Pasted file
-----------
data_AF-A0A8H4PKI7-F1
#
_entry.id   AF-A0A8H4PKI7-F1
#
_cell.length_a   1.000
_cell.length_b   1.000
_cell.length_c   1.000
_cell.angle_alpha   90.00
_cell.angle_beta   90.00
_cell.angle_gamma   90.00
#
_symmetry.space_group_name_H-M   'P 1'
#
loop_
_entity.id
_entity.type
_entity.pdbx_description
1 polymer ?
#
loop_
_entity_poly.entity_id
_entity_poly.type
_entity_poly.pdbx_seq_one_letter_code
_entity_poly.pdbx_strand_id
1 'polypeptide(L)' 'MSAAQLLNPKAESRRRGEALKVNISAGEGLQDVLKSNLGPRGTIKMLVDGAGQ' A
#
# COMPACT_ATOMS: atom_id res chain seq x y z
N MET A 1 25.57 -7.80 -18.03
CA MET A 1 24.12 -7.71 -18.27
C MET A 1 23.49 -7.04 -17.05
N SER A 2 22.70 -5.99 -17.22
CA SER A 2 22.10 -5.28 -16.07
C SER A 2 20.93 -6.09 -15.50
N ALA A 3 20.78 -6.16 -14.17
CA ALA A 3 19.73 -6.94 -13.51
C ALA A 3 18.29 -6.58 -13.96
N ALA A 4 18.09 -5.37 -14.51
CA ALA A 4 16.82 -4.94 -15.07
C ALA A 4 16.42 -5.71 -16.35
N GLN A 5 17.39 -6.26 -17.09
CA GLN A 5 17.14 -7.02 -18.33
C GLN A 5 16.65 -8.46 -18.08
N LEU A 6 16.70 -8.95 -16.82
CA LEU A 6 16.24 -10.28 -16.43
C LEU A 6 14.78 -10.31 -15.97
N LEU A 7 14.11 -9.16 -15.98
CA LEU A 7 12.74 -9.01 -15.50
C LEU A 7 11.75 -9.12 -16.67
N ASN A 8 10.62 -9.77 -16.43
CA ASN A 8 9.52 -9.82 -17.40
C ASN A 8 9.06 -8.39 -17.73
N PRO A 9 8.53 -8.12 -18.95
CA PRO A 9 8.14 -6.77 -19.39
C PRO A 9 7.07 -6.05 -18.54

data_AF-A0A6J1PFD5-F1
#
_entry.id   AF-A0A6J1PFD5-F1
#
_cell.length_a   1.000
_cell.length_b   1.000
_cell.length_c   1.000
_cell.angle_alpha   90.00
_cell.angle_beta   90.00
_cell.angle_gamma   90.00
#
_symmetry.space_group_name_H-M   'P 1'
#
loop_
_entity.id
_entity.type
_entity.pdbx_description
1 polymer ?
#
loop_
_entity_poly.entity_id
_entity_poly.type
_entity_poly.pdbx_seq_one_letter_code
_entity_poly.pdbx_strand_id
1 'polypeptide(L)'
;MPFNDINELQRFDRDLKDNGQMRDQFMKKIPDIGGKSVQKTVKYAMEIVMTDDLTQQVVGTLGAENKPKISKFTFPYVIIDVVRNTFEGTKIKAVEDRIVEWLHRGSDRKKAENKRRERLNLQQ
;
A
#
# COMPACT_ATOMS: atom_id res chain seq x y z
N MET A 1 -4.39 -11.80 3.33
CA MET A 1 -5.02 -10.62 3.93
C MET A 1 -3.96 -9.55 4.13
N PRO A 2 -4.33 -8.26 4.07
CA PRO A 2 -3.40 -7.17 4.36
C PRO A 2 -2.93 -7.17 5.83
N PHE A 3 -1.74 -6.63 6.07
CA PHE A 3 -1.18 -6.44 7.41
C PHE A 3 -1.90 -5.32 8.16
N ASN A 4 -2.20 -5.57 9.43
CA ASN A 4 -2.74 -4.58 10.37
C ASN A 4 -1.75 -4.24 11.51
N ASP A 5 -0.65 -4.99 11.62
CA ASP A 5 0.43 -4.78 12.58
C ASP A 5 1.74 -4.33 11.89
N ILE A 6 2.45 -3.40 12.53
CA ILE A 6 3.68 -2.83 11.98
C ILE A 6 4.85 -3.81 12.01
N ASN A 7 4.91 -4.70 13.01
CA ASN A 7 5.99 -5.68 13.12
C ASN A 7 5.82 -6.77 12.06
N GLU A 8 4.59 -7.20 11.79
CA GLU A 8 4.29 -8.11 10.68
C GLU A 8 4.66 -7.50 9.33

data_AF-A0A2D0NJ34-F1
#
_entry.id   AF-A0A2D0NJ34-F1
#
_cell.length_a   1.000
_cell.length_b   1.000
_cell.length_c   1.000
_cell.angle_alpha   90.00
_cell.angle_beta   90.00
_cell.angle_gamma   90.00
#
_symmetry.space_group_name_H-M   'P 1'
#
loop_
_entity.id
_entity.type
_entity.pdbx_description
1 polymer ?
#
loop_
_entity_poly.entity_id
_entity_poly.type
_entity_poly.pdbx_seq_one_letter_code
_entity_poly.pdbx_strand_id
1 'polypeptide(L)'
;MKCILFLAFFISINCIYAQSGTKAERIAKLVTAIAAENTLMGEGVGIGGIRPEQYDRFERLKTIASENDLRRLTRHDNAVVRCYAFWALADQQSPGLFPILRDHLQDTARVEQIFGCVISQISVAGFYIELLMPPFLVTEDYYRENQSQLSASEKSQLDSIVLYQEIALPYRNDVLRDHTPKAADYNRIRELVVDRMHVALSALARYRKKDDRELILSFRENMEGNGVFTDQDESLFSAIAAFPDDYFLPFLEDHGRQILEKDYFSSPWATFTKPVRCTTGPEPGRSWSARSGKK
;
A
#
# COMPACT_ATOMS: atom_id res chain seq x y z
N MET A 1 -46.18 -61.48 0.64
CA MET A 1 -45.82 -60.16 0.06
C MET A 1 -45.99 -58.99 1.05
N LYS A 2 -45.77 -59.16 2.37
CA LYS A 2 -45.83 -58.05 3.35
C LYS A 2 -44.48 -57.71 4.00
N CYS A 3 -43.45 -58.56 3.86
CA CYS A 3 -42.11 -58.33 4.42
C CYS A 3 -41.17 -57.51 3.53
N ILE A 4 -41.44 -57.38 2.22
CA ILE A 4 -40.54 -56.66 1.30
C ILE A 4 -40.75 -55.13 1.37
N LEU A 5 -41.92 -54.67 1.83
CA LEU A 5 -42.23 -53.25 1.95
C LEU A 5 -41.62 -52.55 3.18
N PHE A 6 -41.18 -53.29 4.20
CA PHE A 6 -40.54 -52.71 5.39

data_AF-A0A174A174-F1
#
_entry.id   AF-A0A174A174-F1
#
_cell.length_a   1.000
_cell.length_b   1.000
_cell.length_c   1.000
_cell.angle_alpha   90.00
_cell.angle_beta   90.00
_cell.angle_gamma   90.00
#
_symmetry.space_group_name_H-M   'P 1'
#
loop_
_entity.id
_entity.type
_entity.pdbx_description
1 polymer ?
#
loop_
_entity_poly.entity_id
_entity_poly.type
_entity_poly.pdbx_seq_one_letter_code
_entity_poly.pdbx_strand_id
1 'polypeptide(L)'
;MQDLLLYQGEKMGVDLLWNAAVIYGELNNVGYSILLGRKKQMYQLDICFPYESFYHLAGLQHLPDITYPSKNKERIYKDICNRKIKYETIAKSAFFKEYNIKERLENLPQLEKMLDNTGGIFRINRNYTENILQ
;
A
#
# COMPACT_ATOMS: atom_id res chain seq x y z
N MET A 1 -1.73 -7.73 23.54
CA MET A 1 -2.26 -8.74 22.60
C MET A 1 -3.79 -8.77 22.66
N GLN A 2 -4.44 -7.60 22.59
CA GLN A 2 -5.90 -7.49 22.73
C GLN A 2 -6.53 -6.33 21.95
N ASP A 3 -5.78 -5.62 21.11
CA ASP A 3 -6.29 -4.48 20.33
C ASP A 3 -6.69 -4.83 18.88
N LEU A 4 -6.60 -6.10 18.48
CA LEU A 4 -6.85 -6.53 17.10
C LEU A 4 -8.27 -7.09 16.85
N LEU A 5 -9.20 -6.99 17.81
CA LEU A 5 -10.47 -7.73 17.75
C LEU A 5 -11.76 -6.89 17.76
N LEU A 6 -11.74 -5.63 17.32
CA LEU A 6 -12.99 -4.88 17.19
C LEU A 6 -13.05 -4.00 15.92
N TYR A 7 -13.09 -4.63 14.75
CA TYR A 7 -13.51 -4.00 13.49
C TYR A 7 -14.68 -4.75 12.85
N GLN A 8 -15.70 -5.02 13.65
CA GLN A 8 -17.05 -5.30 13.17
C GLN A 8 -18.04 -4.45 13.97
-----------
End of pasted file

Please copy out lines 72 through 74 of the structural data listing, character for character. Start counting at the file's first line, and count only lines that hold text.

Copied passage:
1 polymer ?
#
loop_